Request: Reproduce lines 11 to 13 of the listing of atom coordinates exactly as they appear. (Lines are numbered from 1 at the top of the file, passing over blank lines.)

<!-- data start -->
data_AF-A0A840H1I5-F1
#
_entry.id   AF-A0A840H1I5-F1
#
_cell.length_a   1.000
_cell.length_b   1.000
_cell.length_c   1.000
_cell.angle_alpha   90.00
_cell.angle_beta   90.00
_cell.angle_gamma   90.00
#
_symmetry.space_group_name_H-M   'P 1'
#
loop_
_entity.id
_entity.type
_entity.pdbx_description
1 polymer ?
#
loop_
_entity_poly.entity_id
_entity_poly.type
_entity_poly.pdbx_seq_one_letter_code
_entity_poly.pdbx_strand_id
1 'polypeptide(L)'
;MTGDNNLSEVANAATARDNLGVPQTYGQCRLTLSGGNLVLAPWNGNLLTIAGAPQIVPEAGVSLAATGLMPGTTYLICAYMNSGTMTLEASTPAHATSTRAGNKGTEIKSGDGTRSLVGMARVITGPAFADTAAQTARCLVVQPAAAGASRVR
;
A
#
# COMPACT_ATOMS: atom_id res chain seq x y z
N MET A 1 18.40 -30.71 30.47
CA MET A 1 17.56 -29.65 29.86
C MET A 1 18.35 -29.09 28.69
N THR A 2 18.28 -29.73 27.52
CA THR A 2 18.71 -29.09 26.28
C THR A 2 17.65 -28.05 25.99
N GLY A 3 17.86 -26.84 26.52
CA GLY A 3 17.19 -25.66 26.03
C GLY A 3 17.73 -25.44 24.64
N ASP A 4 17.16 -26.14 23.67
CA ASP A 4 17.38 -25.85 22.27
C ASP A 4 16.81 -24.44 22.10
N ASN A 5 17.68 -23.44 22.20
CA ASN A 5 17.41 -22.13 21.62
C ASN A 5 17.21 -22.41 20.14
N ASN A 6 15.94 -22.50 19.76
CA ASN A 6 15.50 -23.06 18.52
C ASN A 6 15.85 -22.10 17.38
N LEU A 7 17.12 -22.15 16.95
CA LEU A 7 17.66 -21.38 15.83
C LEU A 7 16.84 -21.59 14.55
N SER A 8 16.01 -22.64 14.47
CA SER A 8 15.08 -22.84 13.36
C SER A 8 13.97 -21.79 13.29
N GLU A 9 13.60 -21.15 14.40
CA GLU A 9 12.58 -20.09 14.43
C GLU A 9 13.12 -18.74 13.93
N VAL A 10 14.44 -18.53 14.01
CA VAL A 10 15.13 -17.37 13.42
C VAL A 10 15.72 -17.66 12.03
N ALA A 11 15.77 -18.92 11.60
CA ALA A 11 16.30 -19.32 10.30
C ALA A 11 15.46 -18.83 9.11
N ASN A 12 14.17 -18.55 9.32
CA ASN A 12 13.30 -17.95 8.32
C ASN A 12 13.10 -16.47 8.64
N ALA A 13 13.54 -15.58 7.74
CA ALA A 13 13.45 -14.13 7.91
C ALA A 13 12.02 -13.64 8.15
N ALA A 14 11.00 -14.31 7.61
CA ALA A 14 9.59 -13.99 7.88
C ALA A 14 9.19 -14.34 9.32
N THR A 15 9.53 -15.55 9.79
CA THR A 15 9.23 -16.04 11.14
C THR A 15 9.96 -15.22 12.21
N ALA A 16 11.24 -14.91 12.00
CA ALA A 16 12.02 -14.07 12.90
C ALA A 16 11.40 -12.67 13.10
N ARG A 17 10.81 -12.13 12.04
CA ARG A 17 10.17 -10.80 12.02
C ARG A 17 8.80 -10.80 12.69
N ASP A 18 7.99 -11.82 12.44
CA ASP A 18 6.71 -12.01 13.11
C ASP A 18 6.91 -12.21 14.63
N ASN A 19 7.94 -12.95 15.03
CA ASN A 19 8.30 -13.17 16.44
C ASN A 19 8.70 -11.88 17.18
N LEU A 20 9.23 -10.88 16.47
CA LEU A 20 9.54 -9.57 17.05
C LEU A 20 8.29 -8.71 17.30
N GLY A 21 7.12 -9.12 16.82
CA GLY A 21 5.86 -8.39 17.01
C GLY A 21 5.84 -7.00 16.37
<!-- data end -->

#
_symmetry.space_group_name_H-M   'P 1'
#